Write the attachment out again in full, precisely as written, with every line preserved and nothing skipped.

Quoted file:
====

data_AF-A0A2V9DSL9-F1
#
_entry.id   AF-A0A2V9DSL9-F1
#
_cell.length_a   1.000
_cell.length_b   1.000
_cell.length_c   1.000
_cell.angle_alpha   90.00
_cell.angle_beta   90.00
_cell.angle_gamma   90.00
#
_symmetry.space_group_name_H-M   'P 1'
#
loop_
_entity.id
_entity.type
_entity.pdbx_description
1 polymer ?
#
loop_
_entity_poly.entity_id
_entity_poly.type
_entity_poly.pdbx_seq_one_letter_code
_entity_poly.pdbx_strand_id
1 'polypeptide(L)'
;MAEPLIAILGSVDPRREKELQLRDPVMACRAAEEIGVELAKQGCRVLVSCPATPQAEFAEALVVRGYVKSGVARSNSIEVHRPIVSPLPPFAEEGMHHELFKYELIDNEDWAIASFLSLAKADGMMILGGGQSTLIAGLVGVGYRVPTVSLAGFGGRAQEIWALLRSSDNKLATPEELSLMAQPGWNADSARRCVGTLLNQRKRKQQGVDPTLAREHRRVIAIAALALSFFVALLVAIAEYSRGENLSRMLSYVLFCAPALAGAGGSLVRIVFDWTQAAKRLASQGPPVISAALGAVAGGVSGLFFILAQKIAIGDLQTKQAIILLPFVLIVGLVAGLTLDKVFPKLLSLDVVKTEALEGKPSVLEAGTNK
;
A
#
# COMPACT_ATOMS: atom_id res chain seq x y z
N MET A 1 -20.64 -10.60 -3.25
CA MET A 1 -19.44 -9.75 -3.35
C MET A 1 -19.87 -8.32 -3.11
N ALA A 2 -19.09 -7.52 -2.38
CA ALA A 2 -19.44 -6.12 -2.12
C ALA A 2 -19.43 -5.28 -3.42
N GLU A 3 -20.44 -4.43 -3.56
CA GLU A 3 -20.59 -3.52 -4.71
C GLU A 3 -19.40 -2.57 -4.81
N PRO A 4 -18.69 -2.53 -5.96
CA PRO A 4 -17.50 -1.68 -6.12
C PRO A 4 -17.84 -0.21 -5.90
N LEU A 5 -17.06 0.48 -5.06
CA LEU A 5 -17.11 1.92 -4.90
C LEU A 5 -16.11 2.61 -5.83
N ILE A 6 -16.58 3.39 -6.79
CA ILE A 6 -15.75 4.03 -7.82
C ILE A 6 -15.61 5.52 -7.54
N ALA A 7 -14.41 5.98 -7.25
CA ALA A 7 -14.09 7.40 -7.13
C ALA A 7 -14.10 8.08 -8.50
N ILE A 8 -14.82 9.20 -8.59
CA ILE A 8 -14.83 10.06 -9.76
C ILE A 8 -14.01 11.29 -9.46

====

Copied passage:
data_AF-A0A2V9DSL9-F1
#
_entry.id   AF-A0A2V9DSL9-F1
#
_cell.length_a   1.000
_cell.length_b   1.000
_cell.length_c   1.000
_cell.angle_alpha   90.00
_cell.angle_beta   90.00
_cell.angle_gamma   90.00
#
_symmetry.space_group_name_H-M   'P 1'
#
loop_
_entity.id
_entity.type
_entity.pdbx_description
1 polymer ?
#
loop_
_entity_poly.entity_id
_entity_poly.type
_entity_poly.pdbx_seq_one_letter_code
_entity_poly.pdbx_strand_id
1 'polypeptide(L)'
;MAEPLIAILGSVDPRREKELQLRDPVMACRAAEEIGVELAKQGCRVLVSCPATPQAEFAEALVVRGYVKSGVARSNSIEVHRPIVSPLPPFAEEGMHHELFKYELIDNEDWAIASFLSLAKADGMMILGGGQSTLIAGLVGVGYRVPTVSLAGFGGRAQEIWALLRSSDNKLATPEELSLMAQPGWNADSARRCVGTLLNQRKRKQQGVDPTLAREHRRVIAIAALALSFFVALLVAIAEYSRGENLSRMLSYVLFCAPALAGAGGSLVRIVFDWTQAAKRLASQGPPVISAALGAVAGGVSGLFFILAQKIAIGDLQTKQAIILLPFVLIVGLVAGLTLDKVFPKLLSLDVVKTEALEGKPSVLEAGTNK
;
A
#
# COMPACT_ATOMS: atom_id res chain seq x y z
N MET A 1 -20.64 -10.60 -3.25
CA MET A 1 -19.44 -9.75 -3.35
C MET A 1 -19.87 -8.32 -3.11
N ALA A 2 -19.09 -7.52 -2.38
CA ALA A 2 -19.44 -6.12 -2.12
C ALA A 2 -19.43 -5.28 -3.42
N GLU A 3 -20.44 -4.43 -3.56
CA GLU A 3 -20.59 -3.52 -4.71
C GLU A 3 -19.40 -2.57 -4.81
N PRO A 4 -18.69 -2.53 -5.96
CA PRO A 4 -17.50 -1.68 -6.12
C PRO A 4 -17.84 -0.21 -5.90
N LEU A 5 -17.06 0.48 -5.06
CA LEU A 5 -17.11 1.92 -4.90
C LEU A 5 -16.11 2.61 -5.83
N ILE A 6 -16.58 3.39 -6.79
CA ILE A 6 -15.75 4.03 -7.82
C ILE A 6 -15.61 5.52 -7.54
N ALA A 7 -14.41 5.98 -7.25
CA ALA A 7 -14.09 7.40 -7.13
C ALA A 7 -14.10 8.08 -8.50
N ILE A 8 -14.82 9.20 -8.59
CA ILE A 8 -14.83 10.06 -9.76
C ILE A 8 -14.01 11.29 -9.46